This week’s throwback Thursday blog post is a little more personal, taking us back to the very beginning of Maxwell Ancestry. Even while we look forward to the future with Scottish Indexes (www.scottishindexes.co.uk launching tomorrow!) it’s nice to look back at where we came from.
Our founder Graham Maxwell’s family are a long-lived bunch, and it was spending time with elderly relatives which first piqued his interest in genealogy. He remembers hours spent doing jigsaws with his great grandmother when he was just a small child. Sadly, his great granny Maxwell died aged 85 when Graham was only four years old. On the other side of the family, however, his Great Aunt Mary lived until she was 104. Her memories provided a vital and fascinating resource when Graham began his family history research in earnest.
|Mary Cameron aged 99, taken on 17 Feb 1989|
In 1989, Graham and his mum made their first visit to the General Register Office in Edinburgh. Armed with the knowledge they had gained from family stories, their mission was to trace the family through birth, marriage, death and census records. They hoped this way to compile a coherent picture of their family history.
The records system took some getting used to, and the process of research was a good deal more time consuming than it is today. However, their efforts were rewarded - together they successfully traced their family tree before going on to write a family history book as a gift for Graham’s Nana and Pappa. Long before ‘Who Do You Think You Are?’ or Ancestry.com, Graham and his mum created an easy-to-read family history chronicle filled with family photos and historic postcards of places and people. Fascinated by the past, Graham has always endeavoured to understand the lives of people’s ancestors beyond mere names and dates. In this first family album he added a piece of linen woven in the mill where his ancestors once lived.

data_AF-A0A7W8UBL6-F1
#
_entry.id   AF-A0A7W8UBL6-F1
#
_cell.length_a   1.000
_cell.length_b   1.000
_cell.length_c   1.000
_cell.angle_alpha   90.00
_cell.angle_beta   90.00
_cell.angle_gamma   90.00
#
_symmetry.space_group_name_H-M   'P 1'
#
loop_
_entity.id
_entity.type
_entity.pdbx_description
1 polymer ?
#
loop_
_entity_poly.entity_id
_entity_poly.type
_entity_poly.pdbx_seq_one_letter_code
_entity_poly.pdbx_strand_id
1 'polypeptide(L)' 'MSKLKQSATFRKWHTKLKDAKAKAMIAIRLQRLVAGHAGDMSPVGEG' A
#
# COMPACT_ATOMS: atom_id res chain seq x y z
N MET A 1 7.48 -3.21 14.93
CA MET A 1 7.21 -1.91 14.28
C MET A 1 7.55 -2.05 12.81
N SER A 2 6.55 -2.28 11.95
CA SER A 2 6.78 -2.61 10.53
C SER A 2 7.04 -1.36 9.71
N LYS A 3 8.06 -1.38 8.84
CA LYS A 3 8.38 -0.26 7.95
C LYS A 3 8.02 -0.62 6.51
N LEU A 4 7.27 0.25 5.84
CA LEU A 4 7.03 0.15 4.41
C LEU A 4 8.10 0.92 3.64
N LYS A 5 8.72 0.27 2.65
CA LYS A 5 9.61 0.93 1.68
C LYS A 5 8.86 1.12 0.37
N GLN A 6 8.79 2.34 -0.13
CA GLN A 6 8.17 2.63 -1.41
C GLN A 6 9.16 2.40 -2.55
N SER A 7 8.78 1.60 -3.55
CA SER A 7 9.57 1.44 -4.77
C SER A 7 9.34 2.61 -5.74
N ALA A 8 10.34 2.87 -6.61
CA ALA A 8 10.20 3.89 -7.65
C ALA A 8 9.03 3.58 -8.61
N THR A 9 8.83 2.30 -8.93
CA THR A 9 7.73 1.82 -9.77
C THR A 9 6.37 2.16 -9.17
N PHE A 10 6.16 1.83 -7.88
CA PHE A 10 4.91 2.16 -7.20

Researching his own family history whetted Graham’s appetite for genealogy. When friends asked him to research their family trees he didn’t hesitate. His time delving into the records came with the growing realisation that he could translate his passion into a career, and he began to take on clients in 1996.
Over time the business grew, most clients hearing of the business through word of mouth. Graham continued to develop his skills and gained further experience as a genealogist, becoming a regular fixture in both the General Register Office (now the ScotlandsPeople centre) and the National Archives.
A lot has changed since these early beginnings – both for the business itself and within the field of genealogy. Maxwell Ancestry was amongst the earliest of ancestral research businesses to harness the power of the internet, allowing people from Manitoba to Melbourne to seek records. His wife Emma joined the business in 2001 and together the pair have helped people with research projects large and small. While we’re looking forward to launching our new site, our focus will remain on helping our clients – so they can have the ‘Who Do You Think You Are?’ experience Graham’s grandparents had all those years ago.
|Graham Maxwell aged 20|